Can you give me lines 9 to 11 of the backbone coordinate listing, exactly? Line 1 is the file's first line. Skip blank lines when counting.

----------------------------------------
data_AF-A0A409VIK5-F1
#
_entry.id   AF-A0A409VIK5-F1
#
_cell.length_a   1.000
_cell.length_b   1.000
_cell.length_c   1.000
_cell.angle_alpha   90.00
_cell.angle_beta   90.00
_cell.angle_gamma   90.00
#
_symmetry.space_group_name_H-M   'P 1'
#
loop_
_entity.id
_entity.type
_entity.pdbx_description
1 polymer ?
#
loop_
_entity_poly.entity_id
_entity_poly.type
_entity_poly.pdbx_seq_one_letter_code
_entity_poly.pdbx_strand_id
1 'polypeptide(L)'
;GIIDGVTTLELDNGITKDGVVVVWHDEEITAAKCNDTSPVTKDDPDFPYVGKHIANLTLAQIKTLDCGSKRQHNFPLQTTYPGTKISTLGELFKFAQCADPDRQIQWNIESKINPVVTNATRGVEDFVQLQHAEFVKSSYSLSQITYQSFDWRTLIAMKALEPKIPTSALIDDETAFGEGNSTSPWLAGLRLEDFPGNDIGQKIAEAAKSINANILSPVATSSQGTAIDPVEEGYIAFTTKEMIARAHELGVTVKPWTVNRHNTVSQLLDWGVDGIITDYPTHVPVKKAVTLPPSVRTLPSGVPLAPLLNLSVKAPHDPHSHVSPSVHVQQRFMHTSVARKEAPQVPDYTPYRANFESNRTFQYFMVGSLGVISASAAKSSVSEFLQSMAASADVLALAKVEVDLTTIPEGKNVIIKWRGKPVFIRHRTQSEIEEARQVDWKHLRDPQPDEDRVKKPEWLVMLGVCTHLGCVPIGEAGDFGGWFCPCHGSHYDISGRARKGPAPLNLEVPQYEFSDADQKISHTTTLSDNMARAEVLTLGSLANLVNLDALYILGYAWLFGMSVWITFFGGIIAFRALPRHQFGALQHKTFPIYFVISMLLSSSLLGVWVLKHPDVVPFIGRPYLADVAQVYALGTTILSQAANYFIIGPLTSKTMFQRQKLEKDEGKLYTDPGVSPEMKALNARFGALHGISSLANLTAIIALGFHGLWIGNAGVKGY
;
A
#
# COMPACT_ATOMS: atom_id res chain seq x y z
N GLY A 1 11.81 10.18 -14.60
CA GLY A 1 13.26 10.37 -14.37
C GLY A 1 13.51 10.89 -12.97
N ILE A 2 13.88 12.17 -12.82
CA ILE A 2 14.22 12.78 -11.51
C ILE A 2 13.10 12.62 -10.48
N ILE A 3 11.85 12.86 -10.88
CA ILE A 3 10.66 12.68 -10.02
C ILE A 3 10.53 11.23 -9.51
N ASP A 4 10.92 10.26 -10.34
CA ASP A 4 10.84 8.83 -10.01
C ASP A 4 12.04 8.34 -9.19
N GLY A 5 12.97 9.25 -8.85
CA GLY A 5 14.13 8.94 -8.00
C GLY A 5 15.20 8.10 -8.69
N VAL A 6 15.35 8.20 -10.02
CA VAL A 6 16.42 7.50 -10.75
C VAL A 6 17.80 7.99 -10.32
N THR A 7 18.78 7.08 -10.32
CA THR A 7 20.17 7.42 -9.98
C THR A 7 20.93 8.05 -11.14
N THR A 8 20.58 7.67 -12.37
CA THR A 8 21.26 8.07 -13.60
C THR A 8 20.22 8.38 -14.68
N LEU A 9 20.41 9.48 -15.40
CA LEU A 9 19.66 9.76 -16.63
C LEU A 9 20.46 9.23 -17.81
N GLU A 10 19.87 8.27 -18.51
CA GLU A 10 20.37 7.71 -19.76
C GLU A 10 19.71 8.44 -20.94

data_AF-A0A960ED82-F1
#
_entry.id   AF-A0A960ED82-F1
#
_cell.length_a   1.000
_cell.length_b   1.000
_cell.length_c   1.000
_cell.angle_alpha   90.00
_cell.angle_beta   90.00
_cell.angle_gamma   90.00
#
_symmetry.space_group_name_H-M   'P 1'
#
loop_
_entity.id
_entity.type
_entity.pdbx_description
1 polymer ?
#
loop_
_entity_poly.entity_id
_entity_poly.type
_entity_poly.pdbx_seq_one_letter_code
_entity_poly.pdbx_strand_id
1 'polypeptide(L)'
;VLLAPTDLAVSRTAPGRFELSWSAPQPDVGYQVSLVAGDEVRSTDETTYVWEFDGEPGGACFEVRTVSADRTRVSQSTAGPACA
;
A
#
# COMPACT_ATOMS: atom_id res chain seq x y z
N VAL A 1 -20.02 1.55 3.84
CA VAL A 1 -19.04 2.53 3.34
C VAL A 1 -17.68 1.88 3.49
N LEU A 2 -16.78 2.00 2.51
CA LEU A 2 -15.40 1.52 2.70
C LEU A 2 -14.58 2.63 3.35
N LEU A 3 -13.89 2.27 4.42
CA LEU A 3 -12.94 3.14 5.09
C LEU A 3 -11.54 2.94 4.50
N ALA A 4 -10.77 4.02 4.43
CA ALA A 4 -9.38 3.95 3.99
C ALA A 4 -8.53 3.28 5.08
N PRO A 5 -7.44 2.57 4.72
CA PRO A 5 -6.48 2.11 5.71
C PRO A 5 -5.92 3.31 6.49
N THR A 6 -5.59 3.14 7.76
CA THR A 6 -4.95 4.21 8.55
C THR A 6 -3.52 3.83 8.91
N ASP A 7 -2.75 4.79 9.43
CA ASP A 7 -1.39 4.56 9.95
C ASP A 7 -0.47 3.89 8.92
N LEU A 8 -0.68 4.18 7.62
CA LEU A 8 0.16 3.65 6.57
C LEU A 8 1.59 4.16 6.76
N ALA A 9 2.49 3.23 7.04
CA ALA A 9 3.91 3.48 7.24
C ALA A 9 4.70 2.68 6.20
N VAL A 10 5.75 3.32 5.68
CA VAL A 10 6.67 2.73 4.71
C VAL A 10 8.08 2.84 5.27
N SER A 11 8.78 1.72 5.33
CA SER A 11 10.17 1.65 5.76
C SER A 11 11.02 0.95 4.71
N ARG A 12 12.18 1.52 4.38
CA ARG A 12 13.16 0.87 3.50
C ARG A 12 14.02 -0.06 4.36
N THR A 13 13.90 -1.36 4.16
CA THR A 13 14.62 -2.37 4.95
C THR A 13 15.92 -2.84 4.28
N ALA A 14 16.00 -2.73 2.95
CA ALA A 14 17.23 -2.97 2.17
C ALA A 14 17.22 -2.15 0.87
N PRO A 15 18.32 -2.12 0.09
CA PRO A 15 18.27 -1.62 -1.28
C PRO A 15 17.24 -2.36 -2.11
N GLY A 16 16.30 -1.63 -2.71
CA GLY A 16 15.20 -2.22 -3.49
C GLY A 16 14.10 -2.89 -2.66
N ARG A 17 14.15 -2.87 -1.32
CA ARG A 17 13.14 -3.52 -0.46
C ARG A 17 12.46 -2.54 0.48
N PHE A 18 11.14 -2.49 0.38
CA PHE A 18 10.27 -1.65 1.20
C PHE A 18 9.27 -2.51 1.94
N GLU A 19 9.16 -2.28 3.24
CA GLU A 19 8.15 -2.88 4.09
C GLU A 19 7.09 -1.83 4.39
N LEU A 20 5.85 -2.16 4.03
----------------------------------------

_cell.angle_beta   90.00
_cell.angle_gamma   90.00
#